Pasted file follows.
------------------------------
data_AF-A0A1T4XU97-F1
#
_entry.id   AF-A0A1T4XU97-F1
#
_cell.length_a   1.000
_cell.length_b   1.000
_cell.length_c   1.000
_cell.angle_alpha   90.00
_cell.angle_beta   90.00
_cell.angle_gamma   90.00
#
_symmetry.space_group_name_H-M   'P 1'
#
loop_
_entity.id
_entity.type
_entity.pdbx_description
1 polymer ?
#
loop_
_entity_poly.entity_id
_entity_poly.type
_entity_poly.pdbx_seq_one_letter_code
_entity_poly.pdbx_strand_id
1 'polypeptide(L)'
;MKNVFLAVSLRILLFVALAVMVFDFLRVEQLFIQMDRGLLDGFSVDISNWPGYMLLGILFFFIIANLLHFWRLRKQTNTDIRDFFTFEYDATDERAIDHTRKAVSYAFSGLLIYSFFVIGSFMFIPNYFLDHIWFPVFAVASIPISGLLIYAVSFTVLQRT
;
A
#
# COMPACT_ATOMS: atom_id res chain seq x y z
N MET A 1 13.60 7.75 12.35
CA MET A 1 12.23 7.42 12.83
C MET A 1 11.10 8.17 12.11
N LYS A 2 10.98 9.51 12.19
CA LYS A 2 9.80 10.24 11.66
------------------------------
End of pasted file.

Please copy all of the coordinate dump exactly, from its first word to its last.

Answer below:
data_AF-A0A1T4XU97-F1
#
_entry.id   AF-A0A1T4XU97-F1
#
_cell.length_a   1.000
_cell.length_b   1.000
_cell.length_c   1.000
_cell.angle_alpha   90.00
_cell.angle_beta   90.00
_cell.angle_gamma   90.00
#
_symmetry.space_group_name_H-M   'P 1'
#
loop_
_entity.id
_entity.type
_entity.pdbx_description
1 polymer ?
#
loop_
_entity_poly.entity_id
_entity_poly.type
_entity_poly.pdbx_seq_one_letter_code
_entity_poly.pdbx_strand_id
1 'polypeptide(L)'
;MKNVFLAVSLRILLFVALAVMVFDFLRVEQLFIQMDRGLLDGFSVDISNWPGYMLLGILFFFIIANLLHFWRLRKQTNTDIRDFFTFEYDATDERAIDHTRKAVSYAFSGLLIYSFFVIGSFMFIPNYFLDHIWFPVFAVASIPISGLLIYAVSFTVLQRT
;
A
#
# COMPACT_ATOMS: atom_id res chain seq x y z
N MET A 1 13.60 7.75 12.35
CA MET A 1 12.23 7.42 12.83
C MET A 1 11.10 8.17 12.11
N LYS A 2 10.98 9.51 12.19
CA LYS A 2 9.80 10.24 11.66